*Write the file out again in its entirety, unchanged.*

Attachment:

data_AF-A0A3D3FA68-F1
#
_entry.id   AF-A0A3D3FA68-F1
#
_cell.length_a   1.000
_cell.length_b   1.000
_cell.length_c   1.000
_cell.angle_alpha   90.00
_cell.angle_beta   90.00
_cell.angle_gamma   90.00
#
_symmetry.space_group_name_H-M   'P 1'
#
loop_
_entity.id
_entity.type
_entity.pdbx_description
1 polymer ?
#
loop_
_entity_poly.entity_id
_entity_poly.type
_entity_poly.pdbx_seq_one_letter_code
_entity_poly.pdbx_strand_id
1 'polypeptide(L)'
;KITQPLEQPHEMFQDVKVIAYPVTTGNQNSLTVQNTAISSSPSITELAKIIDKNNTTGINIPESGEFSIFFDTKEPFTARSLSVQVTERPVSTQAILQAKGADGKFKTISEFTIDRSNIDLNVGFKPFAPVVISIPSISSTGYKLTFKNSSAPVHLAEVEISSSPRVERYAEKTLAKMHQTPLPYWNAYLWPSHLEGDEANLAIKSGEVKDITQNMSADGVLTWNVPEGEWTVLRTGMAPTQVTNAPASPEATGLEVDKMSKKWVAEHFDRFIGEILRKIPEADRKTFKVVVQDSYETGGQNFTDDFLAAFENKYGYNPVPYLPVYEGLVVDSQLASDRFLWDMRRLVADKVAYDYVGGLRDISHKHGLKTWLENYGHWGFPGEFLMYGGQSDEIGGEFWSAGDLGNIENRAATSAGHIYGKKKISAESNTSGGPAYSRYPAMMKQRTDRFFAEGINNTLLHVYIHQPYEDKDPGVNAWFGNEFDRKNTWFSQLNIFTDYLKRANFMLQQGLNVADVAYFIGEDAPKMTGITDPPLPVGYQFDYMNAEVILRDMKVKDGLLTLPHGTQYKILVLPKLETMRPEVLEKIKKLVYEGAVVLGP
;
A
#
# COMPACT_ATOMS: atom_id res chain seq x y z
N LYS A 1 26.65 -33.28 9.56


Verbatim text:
data_AF-A0A3D3FA68-F1
#
_entry.id   AF-A0A3D3FA68-F1
#
_cell.length_a   1.000
_cell.length_b   1.000
_cell.length_c   1.000
_cell.angle_alpha   90.00
_cell.angle_beta   90.00
_cell.angle_gamma   90.00
#
_symmetry.space_group_name_H-M   'P 1'
#
loop_
_entity.id
_entity.type
_entity.pdbx_description
1 polymer ?
#
loop_
_entity_poly.entity_id
_entity_poly.type
_entity_poly.pdbx_seq_one_letter_code
_entity_poly.pdbx_strand_id
1 'polypeptide(L)'
;KITQPLEQPHEMFQDVKVIAYPVTTGNQNSLTVQNTAISSSPSITELAKIIDKNNTTGINIPESGEFSIFFDTKEPFTARSLSVQVTERPVSTQAILQAKGADGKFKTISEFTIDRSNIDLNVGFKPFAPVVISIPSISSTGYKLTFKNSSAPVHLAEVEISSSPRVERYAEKTLAKMHQTPLPYWNAYLWPSHLEGDEANLAIKSGEVKDITQNMSADGVLTWNVPEGEWTVLRTGMAPTQVTNAPASPEATGLEVDKMSKKWVAEHFDRFIGEILRKIPEADRKTFKVVVQDSYETGGQNFTDDFLAAFENKYGYNPVPYLPVYEGLVVDSQLASDRFLWDMRRLVADKVAYDYVGGLRDISHKHGLKTWLENYGHWGFPGEFLMYGGQSDEIGGEFWSAGDLGNIENRAATSAGHIYGKKKISAESNTSGGPAYSRYPAMMKQRTDRFFAEGINNTLLHVYIHQPYEDKDPGVNAWFGNEFDRKNTWFSQLNIFTDYLKRANFMLQQGLNVADVAYFIGEDAPKMTGITDPPLPVGYQFDYMNAEVILRDMKVKDGLLTLPHGTQYKILVLPKLETMRPEVLEKIKKLVYEGAVVLGP
;
A
#
# COMPACT_ATOMS: atom_id res chain seq x y z
N LYS A 1 26.65 -33.28 9.56